Keep The Ban

About thirty years ago a massive uranium deposit was discovered in our county.  It is estimated that it contains about 119 million pounds of uranium, worth billions of dollars.

The site is about 20 miles from our farm.

Virginia  currently does not permit uranium mining and milling in the state.

Lots of money and energy have been expended lobbying for and against lifting the ban.  It will be one of the major topics at the General Assembly this year.

Friday Cherie and I attended a press conference by Lt. Gov. Bill Bolling, in which he announced his opposition to lifting the ban.  The previous Saturday I had attended a workshop (on a different subject) of local farmers and others in ag-related businesses, all but one of whom strongly opposed lifting the ban.  Every legislator in our area has come out in opposition to lifting it, as have all the city councils and county commissions from here to the coast.  The area Chamber of Commerce opposes it as do a solid majority of the citizens here.  So why is this still being discussed and why is there a significant possibility that the ban will be lifted next year?   If this deposit were in nothern Virginia would this discussion even be occuring?

I could go on at great length about this, but I won’t (for now).  I firmly believe that a prosperous future here depends upon agriculture, not mining.  Just as our past is agricultural, so should be our future.  To those who insist that uranium would bring prosperity, I ask–If extraction mining brings prosperity, then why isn’t West Virginia the wealthiest state in the country, rather than one of the poorest?

Lt. Gov. Bolling’s remarks were balanced and well-reasoned.  His chief responsibility in the administration is job creation.  He is a conservative Republican (as our almost all of our local legislators).   He cited three main reasons for his decision:  1) It appears the job loss caused by the stigma and risk associated with proximity to an active uranium mine and mill will likely exceed any expected job gains, 2) no matter how much the risk of catastrophe is contained, it cannot be eliminated and the consequences of catastophe here (especially considering where we are on the watershed) would be too great to justify the risk and 3) the people and businesses of this locality are solidly against it, so it would be wrong to have it forced on them by outsiders.  I think his reasoning is unassailable.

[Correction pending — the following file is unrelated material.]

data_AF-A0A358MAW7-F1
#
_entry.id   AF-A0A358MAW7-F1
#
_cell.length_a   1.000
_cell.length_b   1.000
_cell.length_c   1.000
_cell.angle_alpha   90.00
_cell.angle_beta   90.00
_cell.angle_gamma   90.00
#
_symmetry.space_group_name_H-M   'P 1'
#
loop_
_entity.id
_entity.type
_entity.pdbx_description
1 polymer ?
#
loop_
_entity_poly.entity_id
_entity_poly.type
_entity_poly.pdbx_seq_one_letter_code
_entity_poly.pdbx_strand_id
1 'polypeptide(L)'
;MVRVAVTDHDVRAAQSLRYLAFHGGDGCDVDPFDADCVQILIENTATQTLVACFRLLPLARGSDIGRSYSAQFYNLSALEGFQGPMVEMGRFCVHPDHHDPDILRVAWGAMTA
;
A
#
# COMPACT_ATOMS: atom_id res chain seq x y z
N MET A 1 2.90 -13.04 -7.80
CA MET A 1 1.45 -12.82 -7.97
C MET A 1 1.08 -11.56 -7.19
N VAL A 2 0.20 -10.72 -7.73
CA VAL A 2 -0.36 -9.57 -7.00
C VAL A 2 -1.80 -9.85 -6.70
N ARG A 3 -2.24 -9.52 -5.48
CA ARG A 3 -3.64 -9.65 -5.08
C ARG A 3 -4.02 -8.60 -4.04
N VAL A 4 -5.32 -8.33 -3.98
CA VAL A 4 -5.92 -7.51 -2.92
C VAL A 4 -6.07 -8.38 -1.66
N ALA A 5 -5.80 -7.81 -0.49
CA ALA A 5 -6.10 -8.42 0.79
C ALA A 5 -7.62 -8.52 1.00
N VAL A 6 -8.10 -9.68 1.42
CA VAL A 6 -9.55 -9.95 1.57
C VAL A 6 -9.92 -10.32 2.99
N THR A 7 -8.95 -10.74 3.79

Cherie and I attended a public hearing on the proposed regulations that would accompany lifting the ban.  Among other things, in the ban is lifted and uranium mining commences farms like ours would be subject to inspection by the Virginia Department of Health (VDH) to monitor for radionuclide contamination in our produce, poultry and livestock.  VDH would have the right and obligation to monitor and test our private wells.  They could order abandonment of our wells, which are the only sources of our personal drinking water, as well as our irrigation and livestock watering.  Not only would the food we produce potentially be contaminated, but we’d suffer the stigma associated with the risk of that and be compelled to surrender a little more of our liberty to the state.

The freedom to do as one wishes with one’s own property is dear to me.  But that liberty has always been restricted by an essential caveat:  “provided you do no harm to your neighbors.”

If there is any benefit at all to uranium mining here it will be primarily to a Canadian uranium company that will export the profits of its operation and leave us with the costs of it.

Our community should not be sacrificed on an industrial altar.

Keep the Ban.

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